Enhanced type guard syntax]
Martin J. Logan
Fri Sep 19 22:53:06 CEST 2003
On Thu, 2003-09-18 at 17:24, Chris Pressey wrote:
> On Thu, 18 Sep 2003 22:02:26 +0200
> Joachim Durchholz <> wrote:
> > Thomas Arts wrote:
> > > [...] there was a philosophy that all guards should be executable in
> > > constant time.
> > This philosophy doesn't work out IMHO.
> > Either, the guard is used as a selector. Then, if the guard is
> > disallowed, people are going to write the exactly same
> > non-constant-time code into the condition of an "if" statement, and
> > nothing is won. Or the guard is used as a precondition. In that case,
> > it shouldn't be a guard (but an assert statement or something -
> > particularly, something that can be switched off for production code).
> > Just my 2c.
> > Regards,
> > Jo
> Sing it, brother!
> A much nicer world would be:
> 1) the programmer writes whatever code they want in the "when" test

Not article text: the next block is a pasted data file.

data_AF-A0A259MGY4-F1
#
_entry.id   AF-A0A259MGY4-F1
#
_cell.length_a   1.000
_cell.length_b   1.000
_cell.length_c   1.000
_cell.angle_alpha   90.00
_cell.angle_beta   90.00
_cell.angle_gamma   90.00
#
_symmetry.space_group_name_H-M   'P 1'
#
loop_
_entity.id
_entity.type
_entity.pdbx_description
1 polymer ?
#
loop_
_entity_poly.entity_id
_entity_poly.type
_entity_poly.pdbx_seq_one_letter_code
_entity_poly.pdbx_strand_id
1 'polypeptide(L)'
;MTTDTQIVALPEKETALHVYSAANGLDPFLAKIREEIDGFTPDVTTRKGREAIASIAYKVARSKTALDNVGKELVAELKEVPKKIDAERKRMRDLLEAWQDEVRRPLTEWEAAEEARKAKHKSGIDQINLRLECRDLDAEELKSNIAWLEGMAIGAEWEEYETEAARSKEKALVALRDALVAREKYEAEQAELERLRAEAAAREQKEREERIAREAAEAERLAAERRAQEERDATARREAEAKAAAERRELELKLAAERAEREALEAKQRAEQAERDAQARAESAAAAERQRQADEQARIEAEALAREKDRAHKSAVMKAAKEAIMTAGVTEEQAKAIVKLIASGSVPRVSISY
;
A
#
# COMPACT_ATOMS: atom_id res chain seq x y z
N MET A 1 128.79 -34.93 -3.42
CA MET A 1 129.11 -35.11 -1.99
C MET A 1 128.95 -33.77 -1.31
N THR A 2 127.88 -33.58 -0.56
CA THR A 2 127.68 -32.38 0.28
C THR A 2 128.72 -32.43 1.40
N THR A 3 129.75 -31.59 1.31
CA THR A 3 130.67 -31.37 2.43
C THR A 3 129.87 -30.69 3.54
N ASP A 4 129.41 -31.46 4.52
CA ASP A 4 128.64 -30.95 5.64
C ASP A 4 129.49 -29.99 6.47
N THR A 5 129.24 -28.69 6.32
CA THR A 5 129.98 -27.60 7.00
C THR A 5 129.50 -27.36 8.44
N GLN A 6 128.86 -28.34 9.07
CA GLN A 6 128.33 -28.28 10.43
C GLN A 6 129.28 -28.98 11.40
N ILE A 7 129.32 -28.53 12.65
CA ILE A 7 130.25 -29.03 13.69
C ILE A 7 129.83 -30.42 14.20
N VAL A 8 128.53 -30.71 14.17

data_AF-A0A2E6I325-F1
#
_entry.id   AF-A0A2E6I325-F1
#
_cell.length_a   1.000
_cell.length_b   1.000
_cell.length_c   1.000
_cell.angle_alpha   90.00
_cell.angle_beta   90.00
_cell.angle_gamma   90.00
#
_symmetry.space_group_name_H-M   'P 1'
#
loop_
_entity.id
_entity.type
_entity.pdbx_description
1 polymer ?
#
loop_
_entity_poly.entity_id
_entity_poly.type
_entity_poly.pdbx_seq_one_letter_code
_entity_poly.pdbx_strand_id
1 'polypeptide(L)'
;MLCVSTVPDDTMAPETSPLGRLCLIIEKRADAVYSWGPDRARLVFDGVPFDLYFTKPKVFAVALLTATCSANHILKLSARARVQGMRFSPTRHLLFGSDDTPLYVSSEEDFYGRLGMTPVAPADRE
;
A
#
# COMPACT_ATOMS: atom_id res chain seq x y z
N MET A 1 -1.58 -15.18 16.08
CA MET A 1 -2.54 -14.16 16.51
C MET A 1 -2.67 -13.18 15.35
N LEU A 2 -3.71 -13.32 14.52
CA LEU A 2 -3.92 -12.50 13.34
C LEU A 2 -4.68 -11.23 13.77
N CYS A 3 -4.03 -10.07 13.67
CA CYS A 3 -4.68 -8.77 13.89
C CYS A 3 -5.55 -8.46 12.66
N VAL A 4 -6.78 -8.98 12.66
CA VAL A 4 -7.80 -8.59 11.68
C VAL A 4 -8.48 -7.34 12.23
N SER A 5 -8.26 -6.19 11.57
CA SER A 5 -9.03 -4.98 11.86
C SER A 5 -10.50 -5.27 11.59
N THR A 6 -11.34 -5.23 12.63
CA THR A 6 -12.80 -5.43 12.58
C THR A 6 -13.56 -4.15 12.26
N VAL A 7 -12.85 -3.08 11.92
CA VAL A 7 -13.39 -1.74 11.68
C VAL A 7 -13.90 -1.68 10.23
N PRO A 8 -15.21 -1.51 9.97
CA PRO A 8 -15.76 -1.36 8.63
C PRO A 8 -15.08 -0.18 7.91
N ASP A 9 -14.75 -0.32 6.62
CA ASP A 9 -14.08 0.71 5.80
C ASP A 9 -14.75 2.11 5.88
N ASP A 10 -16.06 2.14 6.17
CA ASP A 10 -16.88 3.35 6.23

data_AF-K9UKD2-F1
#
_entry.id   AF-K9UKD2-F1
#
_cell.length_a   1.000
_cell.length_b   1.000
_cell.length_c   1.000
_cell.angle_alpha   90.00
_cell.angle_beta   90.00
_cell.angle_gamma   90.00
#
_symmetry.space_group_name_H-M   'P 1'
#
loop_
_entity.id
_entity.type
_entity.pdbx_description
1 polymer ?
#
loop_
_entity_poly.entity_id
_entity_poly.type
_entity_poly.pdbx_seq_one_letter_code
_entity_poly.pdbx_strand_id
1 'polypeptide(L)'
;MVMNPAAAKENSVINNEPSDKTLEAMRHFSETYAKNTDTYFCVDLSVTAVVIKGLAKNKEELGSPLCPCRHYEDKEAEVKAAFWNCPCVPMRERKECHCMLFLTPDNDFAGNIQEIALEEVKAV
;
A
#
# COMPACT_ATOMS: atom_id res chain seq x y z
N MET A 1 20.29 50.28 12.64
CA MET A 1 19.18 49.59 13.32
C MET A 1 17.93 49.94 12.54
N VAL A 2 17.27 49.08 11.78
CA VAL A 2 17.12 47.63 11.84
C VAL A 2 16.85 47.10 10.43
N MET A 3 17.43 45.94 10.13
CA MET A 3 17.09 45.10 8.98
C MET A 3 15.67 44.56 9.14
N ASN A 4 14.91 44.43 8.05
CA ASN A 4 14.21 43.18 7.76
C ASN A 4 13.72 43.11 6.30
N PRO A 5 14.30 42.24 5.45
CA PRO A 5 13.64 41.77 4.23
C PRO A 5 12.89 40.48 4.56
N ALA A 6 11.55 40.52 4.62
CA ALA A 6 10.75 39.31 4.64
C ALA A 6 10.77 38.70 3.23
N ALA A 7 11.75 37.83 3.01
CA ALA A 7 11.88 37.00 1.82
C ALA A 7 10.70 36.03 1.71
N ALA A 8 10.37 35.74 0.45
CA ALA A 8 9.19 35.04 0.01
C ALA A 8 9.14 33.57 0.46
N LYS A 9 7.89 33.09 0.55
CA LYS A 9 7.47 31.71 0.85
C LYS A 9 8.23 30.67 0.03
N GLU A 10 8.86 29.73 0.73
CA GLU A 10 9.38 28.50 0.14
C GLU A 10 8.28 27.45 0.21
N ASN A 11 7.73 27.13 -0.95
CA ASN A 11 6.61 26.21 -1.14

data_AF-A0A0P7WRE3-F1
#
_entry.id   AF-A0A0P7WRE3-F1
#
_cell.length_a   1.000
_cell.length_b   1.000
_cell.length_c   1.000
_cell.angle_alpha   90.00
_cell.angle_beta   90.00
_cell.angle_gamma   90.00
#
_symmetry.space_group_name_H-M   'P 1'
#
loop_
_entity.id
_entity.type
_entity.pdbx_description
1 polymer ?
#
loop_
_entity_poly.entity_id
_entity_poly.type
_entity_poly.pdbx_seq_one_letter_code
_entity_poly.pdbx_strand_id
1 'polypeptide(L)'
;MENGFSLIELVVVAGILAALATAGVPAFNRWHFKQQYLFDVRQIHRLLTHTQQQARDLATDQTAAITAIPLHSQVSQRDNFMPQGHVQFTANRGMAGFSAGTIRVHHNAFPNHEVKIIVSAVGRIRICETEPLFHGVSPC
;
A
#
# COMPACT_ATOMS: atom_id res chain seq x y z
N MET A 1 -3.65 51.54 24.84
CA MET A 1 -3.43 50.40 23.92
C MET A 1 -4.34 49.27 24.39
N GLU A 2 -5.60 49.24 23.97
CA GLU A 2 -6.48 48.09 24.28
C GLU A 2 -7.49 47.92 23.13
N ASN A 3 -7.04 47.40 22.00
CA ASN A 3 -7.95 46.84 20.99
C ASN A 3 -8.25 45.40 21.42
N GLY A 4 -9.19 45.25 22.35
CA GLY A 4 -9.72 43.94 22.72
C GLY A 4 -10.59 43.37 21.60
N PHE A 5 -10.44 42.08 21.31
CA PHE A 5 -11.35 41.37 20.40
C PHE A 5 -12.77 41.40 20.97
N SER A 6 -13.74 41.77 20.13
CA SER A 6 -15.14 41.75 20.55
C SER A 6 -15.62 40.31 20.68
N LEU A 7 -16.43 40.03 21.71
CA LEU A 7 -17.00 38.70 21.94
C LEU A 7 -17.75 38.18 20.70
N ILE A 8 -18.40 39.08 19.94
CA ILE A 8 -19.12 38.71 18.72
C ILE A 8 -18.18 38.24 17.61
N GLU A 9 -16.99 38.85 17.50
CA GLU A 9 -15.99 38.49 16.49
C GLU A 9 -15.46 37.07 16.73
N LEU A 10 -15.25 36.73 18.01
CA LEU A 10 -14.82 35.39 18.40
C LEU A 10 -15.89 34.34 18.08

> 2) the compiler analyzes that code
> 3) whatever parts of it that have side-effects are rejected
How could this be done at compile time while still using run time
function call binding?
If I say erlc modfoo.erl and it uses a guard that references code in
modbar.erl erlc must be made aware of modbar.erl so it can look for a
"!" in that module.
> 4) whatever parts of it are constant-time are used as the guard
> 5) whatever parts of it are non-constant-time are factored out into a
> "case" statement
> But that sort of requires that a) compiler-writers are well paid and b)
> the language is optimized for maintainability over efficiency... which
> only ever seem to hold true in my private little world.
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